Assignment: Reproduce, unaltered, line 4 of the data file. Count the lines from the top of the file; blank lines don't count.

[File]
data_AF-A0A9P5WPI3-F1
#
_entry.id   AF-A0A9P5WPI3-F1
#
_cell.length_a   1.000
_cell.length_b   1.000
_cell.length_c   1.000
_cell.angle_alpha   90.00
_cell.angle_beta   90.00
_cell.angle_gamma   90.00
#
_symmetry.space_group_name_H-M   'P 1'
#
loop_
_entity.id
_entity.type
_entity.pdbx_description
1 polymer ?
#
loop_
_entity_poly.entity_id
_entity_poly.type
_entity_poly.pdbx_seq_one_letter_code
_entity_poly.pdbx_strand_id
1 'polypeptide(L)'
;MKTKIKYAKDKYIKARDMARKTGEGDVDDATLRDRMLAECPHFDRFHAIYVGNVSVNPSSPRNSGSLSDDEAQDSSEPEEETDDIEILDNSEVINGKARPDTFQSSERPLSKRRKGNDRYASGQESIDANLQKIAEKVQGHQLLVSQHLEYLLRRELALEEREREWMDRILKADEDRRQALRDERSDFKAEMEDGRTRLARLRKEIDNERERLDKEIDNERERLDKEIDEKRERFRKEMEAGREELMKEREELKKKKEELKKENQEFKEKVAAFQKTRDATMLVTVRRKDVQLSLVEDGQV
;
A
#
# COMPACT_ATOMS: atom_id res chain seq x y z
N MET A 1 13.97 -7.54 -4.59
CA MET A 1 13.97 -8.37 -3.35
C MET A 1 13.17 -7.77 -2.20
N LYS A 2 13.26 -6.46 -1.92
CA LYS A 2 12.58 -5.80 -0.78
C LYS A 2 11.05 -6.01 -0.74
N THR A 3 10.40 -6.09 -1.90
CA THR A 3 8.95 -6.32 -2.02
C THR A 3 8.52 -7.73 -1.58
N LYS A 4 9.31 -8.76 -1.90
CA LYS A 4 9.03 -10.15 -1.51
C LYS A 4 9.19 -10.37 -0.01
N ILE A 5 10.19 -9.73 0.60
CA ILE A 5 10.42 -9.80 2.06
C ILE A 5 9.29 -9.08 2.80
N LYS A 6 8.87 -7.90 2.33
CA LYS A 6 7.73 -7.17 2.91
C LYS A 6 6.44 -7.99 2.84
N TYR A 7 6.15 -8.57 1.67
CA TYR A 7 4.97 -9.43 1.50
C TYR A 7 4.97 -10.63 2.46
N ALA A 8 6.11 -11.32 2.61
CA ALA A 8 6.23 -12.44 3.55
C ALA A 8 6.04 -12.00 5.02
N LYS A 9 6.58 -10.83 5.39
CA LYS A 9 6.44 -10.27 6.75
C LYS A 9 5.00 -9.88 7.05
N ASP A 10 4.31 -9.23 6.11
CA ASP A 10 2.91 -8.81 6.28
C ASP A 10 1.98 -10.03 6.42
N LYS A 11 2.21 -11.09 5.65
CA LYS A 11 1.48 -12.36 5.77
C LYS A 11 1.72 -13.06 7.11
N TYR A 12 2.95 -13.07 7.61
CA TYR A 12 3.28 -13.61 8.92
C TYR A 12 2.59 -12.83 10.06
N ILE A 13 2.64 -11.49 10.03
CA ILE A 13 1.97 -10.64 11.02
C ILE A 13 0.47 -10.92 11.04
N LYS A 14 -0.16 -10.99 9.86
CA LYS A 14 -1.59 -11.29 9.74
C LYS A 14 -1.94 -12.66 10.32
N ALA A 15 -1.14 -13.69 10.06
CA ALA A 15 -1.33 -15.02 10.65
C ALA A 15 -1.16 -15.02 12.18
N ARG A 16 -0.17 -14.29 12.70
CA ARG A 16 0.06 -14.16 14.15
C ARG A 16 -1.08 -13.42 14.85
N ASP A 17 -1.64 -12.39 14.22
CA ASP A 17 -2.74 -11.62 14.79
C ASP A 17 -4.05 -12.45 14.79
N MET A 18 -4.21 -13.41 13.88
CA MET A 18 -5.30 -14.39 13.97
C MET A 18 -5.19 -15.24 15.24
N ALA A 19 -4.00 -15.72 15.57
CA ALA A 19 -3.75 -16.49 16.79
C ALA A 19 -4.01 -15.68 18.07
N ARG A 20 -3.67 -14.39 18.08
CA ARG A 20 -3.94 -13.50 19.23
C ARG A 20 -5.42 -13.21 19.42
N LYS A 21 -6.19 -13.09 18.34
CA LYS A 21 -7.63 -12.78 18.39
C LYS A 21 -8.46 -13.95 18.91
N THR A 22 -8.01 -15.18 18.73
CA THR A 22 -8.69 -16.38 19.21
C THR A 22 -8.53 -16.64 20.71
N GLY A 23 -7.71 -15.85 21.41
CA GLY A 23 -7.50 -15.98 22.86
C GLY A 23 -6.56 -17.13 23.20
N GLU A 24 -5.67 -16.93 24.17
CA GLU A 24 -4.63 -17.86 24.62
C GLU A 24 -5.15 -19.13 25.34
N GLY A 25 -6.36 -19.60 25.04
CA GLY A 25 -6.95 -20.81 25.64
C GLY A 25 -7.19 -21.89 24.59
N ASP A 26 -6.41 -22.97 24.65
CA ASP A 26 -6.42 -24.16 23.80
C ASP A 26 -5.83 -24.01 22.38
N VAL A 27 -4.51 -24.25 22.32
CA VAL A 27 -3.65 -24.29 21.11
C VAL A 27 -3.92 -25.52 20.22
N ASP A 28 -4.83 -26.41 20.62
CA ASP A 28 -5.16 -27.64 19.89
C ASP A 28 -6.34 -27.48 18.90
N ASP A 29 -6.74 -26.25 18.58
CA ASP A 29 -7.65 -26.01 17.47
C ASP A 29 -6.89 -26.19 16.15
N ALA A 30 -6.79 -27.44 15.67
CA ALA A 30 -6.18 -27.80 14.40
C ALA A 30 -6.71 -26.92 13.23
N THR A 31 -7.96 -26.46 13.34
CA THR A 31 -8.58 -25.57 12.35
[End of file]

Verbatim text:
#